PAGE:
There is an adage that goes by “Where there us a will, there is a way”, but amidst the pandemic situation, Indian ‘experts’ in the education stream and students seem to have taken the saying to a whole different level with rampant cheating taking place in Home-based GRE examinations. Group effort by a team of experts and the limited view an invigilator gets from webcam — that’s how scores of students in India are cheating in GRE or Graduate Record Examination, the entrance test for graduate studies in the US and other western nations. Several students told news agencies about the meticulous modus operandi of how the cheating is conducted in the home tests that started after the Covid-19 outbreak. The key, they said, was a room with multiple doors, which helps connect the examinee with the expert team outside that solves the paper.
However, cheating by students taking the Graduate Record Examination (GRE) online from their homes, following the Covid-19 outbreak, has been red-flagged by the largest Indian franchise of US-based The Princeton Review. The GRE, owned and administered by the US-headquartered Educational Testing Service (ETS), is a standardized test required for admissions to graduate schools in the US and Canada. In India, 85,050 candidates took the GRE in 2019 compared with 90,146 in China and 3.95 lakh in the US, according to the ETS. Besides informing the ETS about the rise in fraudulent activities, the Indian franchisee has written to the Ministry of Education and Niti Aayog highlighting the ‘moral’ aspect of using unfair means and its impact on student’ quality.
In the “at-home” offering of the GRE, an online proctor asks the test taker to show the entire room using a webcam to ensure nobody else is inside the room. In case of any suspicion, the proctor would then sporadically ask the exam taker to show the room on the camera. The exam begins after the proctor is satisfied.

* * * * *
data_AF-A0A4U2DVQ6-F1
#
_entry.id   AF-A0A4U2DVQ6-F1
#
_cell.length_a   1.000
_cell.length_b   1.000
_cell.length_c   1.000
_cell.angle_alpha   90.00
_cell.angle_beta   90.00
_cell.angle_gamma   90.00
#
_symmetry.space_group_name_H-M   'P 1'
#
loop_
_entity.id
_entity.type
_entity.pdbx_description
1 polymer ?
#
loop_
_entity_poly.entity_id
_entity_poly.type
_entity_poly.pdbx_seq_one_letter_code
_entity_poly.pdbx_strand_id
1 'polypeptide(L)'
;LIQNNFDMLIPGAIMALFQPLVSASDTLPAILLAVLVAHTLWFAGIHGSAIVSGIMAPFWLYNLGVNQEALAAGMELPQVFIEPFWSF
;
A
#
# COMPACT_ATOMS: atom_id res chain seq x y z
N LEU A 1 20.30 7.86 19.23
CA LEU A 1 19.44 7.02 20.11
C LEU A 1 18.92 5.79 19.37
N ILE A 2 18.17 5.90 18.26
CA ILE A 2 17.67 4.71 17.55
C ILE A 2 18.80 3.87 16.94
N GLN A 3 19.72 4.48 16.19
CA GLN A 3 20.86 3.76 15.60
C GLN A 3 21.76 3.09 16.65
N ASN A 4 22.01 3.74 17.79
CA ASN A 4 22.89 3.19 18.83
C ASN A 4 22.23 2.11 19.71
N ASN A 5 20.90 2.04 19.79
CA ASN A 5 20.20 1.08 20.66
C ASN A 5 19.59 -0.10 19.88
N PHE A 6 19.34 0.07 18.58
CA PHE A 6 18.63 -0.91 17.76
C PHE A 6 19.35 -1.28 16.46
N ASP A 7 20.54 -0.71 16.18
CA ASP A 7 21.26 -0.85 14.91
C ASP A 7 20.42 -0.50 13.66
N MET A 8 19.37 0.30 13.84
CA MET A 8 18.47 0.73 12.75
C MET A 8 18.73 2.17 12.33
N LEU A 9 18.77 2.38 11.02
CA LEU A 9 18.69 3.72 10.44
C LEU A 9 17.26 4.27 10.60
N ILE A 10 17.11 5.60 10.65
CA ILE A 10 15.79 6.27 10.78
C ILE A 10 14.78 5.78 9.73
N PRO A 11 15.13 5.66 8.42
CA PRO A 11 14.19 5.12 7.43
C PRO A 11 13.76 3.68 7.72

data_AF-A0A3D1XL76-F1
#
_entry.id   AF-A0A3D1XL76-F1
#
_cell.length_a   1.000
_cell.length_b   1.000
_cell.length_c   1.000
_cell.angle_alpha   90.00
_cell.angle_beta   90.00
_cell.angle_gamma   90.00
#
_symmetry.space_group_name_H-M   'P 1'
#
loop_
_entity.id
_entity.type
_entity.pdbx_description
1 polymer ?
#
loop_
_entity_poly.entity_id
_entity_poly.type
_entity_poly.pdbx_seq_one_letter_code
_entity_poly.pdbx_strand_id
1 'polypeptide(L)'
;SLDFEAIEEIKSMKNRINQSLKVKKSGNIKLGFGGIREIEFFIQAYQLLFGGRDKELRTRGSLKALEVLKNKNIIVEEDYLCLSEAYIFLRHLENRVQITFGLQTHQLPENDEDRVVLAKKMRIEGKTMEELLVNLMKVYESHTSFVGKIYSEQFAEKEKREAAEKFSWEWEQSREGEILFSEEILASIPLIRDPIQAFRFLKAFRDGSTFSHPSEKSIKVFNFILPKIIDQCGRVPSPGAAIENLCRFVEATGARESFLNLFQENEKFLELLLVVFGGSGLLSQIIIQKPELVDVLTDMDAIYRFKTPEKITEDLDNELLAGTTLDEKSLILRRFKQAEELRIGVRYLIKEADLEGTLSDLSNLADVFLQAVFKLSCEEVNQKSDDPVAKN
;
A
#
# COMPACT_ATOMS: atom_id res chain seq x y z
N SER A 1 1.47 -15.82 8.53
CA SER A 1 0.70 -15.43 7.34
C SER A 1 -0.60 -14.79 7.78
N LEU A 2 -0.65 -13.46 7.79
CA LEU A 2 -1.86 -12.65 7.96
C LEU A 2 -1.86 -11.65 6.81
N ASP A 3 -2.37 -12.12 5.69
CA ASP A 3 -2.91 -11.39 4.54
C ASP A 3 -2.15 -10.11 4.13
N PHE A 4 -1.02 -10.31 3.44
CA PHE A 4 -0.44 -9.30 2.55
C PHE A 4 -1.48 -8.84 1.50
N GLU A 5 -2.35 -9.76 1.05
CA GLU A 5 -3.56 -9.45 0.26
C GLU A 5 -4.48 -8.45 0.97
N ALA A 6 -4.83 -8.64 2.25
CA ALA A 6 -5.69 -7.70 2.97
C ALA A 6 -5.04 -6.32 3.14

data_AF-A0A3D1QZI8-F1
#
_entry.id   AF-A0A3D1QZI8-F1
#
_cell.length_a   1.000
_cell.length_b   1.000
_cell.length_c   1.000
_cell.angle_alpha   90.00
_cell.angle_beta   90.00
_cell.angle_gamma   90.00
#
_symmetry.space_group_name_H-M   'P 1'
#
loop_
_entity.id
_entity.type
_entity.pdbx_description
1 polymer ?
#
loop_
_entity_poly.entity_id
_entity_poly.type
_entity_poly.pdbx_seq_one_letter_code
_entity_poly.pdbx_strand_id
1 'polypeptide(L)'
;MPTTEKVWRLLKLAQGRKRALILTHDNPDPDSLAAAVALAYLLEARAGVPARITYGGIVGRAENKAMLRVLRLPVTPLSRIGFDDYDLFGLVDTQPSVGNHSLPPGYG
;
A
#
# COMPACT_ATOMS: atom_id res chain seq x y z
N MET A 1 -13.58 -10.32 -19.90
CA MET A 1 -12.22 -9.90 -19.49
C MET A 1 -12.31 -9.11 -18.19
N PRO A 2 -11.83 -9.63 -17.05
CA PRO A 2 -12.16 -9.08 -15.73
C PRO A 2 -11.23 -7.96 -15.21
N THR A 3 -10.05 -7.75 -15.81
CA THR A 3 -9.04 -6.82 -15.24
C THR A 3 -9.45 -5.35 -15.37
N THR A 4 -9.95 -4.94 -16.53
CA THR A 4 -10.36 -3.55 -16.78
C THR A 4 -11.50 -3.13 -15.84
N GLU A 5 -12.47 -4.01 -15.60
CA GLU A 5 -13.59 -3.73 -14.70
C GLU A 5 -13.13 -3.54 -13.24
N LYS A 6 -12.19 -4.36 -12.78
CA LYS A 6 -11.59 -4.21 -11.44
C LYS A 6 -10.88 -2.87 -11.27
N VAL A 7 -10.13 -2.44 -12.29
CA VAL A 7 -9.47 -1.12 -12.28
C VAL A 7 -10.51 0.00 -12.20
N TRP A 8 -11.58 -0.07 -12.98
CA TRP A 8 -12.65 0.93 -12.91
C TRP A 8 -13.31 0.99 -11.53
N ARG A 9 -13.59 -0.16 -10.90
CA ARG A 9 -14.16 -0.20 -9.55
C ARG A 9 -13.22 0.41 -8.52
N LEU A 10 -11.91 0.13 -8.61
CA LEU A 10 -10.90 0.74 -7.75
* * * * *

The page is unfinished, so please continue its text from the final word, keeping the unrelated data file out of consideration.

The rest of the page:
However, there is a reason why cheating has suddenly increased among GRE test takers. A lot of it is due to the change in the exam pattern. In the earlier version of the GRE, a candidate could not move to the next question without answering the first. But in the updated system, a candidate can move up and down the 20 questions in each section. This has helped fraudsters exploit the loophole and resort to unfair practices.
According to people who witnessed cheating first-hand, a person would enter the room from an angle he/ she is not visible to the online proctor, take pictures of all questions in the particular section — verbal reasoning or quantitative reasoning — as the exam taker scrolls up and down through it. The person then leaves the room to solve these questions with the help of collaborators outside. He would enter the room with a piece of paper with all answers. A third-year biomedical engineering student enrolled at a premier national institute, who spoke to The Indian Express on condition of anonymity, said most of those who take tests on behalf of others are in the third and fourth year. Often, they are approached by teachers from other institutes to help candidates for money. A 4-5 student group gets paid in the range Rs 30,000-Rs 40,000.
“We do it for the money and to learn more about the exam pattern. It helps us prepare better because we also want to take the exam in the future. And it is easy money for us. Some students from management colleges who are in the first year…they are also in touch with their teachers from these institutes…so they also help,” said another student who had ‘collaborated’.